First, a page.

Posts Tagged ‘1920s’

A boot brush

March 24, 2016

Boot and shoe brushes have been very commonplace objects for aeons. Every household had them and most still do. At Market Lavington Museum we have one we class as special for it names the shop that sold it on the back.

A M Walton boot brush at Market Lavington Museum

A M Walton boot brush at Market Lavington Museum

It is clearly marked:

The Supply Stores.
Market Lavington.
M. Walton, Proprietor

With coloured items they can often be easier to read in monochrome

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For all locals this lifts this brush right out of the ordinary and into the very special category. All of our museum volunteers are delighted to have this lovely survivor.

We have met Arthur Walton before and know he came to Market Lavington towards the end of the 19th century and ran the department store which occupied the corner of High Street and White Street. Part of this is now the hairdresser’s shop. Mr Walton also had the corner of White Street and Church Street part of which is where St. Arbucks, the coffee shop is now.

Mr Walton stayed with this business until the 1930s. We believe it ran into financial difficulties and closed down. Mr and Mrs Walton moved away.

The brush dates from the 1920s so is now getting into its 90s. You can see it with our display of shoe goods in the trades room at the museum.

A butcher’s steelyard

March 22, 2016

Steelyards are first rate and accurate weighing devices, intended to measure the weight of heavy objects. The object to be weighed is hung on the hooks on the short end of the lever and then a weight is slid along the yard length until the whole lever is horizontal. The scale on the yard is in units of weight (for scientists that ought to say mass) so you just read off at the point the weight has reached to balance the steelyard.

The one we have in the museum comes from a butcher’s shop and was clearly intended to weigh carcasses of meat.

Butcher's steelyard at Market Lavington Museum

Butcher’s steelyard at Market Lavington Museum

It has clearly seen better days but rest assured it was in that condition when it came to the museum. This one is marked ‘Crown Regulation 1926’ which suggests it is in the region of 90 years old/ It can weigh up to 300 pounds – about 137 kilograms.

This item is on display in our trades room at the museum.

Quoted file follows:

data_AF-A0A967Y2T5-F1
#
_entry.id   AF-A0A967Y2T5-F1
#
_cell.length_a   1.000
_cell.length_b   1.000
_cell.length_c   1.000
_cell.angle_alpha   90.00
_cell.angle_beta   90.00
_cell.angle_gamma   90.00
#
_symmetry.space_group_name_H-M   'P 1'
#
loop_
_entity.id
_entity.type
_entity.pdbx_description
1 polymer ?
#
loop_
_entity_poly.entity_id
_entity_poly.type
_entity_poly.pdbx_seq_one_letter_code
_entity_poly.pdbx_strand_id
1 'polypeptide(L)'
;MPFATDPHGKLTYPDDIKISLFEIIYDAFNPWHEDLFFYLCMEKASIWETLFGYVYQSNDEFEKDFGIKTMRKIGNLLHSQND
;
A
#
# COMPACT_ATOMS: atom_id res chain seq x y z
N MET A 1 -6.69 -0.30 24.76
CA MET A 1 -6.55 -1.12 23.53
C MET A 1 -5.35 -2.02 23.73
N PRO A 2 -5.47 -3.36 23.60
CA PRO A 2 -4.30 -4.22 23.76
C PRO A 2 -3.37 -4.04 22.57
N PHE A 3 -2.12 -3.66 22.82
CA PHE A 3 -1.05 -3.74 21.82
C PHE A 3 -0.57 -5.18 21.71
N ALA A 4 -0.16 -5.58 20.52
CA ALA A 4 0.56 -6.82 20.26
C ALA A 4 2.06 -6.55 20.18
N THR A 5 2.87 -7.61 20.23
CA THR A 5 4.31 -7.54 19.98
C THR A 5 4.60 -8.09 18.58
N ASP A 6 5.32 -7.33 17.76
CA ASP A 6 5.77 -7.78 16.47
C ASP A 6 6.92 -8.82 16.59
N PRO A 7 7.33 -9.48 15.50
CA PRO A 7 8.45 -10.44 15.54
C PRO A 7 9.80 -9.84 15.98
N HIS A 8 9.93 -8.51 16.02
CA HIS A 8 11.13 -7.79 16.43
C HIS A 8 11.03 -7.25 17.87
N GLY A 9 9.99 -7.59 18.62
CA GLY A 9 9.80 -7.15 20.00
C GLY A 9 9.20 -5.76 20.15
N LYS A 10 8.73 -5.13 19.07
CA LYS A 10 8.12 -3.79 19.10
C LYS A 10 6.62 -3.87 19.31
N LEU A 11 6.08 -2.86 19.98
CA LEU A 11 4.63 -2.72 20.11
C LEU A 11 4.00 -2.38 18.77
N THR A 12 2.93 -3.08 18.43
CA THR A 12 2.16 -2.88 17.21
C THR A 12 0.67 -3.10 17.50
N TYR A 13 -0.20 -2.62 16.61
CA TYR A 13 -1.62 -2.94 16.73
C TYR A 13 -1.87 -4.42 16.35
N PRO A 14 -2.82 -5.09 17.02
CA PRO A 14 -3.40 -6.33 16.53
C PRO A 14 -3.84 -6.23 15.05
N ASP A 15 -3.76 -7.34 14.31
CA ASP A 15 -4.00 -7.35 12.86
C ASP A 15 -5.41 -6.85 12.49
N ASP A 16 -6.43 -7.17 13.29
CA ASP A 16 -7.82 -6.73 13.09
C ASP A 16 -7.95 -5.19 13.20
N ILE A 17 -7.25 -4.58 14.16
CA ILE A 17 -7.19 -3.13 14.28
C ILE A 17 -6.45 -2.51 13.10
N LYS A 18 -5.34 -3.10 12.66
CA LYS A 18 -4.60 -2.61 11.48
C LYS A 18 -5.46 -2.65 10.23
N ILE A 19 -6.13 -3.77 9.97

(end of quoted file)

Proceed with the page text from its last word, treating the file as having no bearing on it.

The Godfrey family at home

March 17, 2016

Robin Godfrey had the shop in Easterton – the one opposite the junction with Kings Road which at the moment has the car repair shop and yard.

Robin took the shop something like 100 years ago. He had married Lilian Smith in the Romford area of Essex in 1914, but Robert (Bob) was born in the Devizes area in 1916 so we guess they had the shop by then. A second child, Douglas, followed in 1924. Here we see the family.

The Godfrey family in the garden at their home - the shop in Easterton. About 1927

The Godfrey family in the garden at their home – the shop in Easterton. About 1927

Judging by the age of the children we’d say this was about 1927. The location is in the garden behind the Easterton shop. We are reminded of how steeply gardens rise up behind the house on the Salisbury Plain side of Easterton High Street.

The family were still there when the 1939 electoral register was drawn up but we think Robin died in 1940.

Bob was running the shop into the 1950s but later he became a church minister working in Suffolk at one time. It was his son who sent us this lovely photo.

Archibald Baker

March 16, 2016

We have met Archibald before – and in this rather strange Michelin Man costume.

Archibald Baker is the Michelin Man in a 1920s Hospital Week carnival

Archibald Baker is the Michelin Man in a 1920s Hospital Week carnival

This was worn for a Hospital Week carnival in the 1920s.

Archibald is clearly the man in the middle and sad to say we do not know who the other two chaps are but this photo was recently given by a person with strong links to the Cooper family. I’m afraid we can’t positively identify the location either but perhaps a reader can help us with this lack of knowledge.

Archibald was a son of John and Louisa Baker. John was a whitesmith or tinsmith and had the premises many folks will remember as a hardware shop opposite the Coop.

Quite what all Archibald’s pipe work was originally is beyond our guess work. We just can’t help feeling he may have needed a hospital after trailing around in that lot. And of course, in those pre National Health Service days he was helping to raise funds so that people with limited means (most people) could be given some form of health care.

This is a high quality original photo so we can zoom in and really get an idea of what Archibald looked like.

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And we can also see his friends clearly as well, but they are a tad hidden by their costumes.

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What a wonderful photo that is.

The result of a shoot

March 10, 2016

Many people do not like ‘country sports’ objecting to the idea of shooting creatures for fun. But one can regard shooting as a part of the food production business and it certainly provides employment for many people and manages to utilise areas which may not be suited to actual cultivation. Anyway, like it or not, shooting is a way of life for many people and in the past it really did help local folk and wasn’t just for the rich guns from town.

Here we see the outcome of a shoot at Knapp Farm in the 1920s.

Result of a shoot at Knapp Farm in the 1920s

Result of a shoot at Knapp Farm in the 1920s

The creatures in the shot are not going to waste as far as humans are concerned. The meat will be eaten. Skins will be converted into warm gloves. Feathers can stuff pillows. It was all vital stuff to the rural economy.